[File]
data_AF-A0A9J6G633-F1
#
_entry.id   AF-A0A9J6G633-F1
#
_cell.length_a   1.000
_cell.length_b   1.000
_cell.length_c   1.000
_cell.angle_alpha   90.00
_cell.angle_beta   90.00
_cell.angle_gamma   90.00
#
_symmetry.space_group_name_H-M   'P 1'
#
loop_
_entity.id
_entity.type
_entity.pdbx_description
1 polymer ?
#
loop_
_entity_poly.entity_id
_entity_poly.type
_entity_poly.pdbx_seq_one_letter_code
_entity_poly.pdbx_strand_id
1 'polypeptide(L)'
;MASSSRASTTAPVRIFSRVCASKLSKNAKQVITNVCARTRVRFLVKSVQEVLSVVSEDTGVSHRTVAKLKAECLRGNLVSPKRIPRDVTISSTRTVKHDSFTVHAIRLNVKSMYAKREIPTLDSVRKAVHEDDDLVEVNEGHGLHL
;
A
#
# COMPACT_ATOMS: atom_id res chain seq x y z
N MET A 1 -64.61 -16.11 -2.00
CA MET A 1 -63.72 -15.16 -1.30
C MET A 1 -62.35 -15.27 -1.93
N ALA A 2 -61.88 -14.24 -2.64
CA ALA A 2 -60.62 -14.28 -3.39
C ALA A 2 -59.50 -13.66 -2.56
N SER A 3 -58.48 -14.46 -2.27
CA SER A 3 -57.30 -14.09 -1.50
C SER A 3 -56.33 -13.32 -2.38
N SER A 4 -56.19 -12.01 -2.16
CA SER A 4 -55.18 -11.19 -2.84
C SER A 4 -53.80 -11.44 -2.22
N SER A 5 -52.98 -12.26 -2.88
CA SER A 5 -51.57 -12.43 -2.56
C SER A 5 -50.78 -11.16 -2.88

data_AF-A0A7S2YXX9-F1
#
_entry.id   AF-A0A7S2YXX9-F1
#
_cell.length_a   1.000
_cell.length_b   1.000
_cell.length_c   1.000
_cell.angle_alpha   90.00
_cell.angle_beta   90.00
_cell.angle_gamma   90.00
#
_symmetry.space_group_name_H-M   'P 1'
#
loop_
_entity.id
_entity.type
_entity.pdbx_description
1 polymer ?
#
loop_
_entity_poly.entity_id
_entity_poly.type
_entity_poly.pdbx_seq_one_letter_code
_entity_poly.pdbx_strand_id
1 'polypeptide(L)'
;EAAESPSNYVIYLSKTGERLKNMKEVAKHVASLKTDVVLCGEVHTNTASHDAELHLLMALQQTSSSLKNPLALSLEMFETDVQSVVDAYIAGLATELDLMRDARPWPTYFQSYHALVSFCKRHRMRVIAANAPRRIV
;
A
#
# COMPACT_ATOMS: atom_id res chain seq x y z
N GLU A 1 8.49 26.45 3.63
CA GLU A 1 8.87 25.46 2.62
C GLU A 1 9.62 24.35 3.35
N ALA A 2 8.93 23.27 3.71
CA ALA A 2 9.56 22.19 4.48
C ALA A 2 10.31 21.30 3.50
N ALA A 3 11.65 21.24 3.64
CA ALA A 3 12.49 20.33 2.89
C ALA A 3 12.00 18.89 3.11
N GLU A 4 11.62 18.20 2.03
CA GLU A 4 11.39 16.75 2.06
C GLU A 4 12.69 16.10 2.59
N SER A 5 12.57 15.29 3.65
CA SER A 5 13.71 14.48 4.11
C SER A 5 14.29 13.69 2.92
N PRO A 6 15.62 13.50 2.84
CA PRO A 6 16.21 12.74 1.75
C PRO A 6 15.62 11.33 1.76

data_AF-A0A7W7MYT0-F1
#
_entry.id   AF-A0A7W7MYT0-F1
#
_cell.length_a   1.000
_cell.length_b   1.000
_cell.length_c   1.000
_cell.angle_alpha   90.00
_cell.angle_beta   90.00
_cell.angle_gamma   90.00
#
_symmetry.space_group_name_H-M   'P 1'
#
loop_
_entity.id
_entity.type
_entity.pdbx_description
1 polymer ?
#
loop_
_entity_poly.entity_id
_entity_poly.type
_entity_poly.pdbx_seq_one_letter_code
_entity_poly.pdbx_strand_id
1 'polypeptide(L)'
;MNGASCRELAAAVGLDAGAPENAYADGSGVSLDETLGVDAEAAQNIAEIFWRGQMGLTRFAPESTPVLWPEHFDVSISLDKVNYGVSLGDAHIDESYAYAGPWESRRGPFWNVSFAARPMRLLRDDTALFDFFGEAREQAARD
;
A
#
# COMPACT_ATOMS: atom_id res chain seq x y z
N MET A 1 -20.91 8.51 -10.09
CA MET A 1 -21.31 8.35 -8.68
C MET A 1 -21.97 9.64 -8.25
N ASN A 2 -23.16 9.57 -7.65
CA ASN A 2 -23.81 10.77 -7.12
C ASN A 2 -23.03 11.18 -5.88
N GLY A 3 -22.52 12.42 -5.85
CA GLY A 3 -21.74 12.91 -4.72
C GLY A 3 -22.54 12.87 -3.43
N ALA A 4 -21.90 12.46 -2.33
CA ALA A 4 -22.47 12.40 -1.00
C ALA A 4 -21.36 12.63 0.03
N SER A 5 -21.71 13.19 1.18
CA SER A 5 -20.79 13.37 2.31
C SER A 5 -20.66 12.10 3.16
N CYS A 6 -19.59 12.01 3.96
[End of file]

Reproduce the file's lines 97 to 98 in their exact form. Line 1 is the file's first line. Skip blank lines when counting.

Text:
#
_cell.length_a   1.000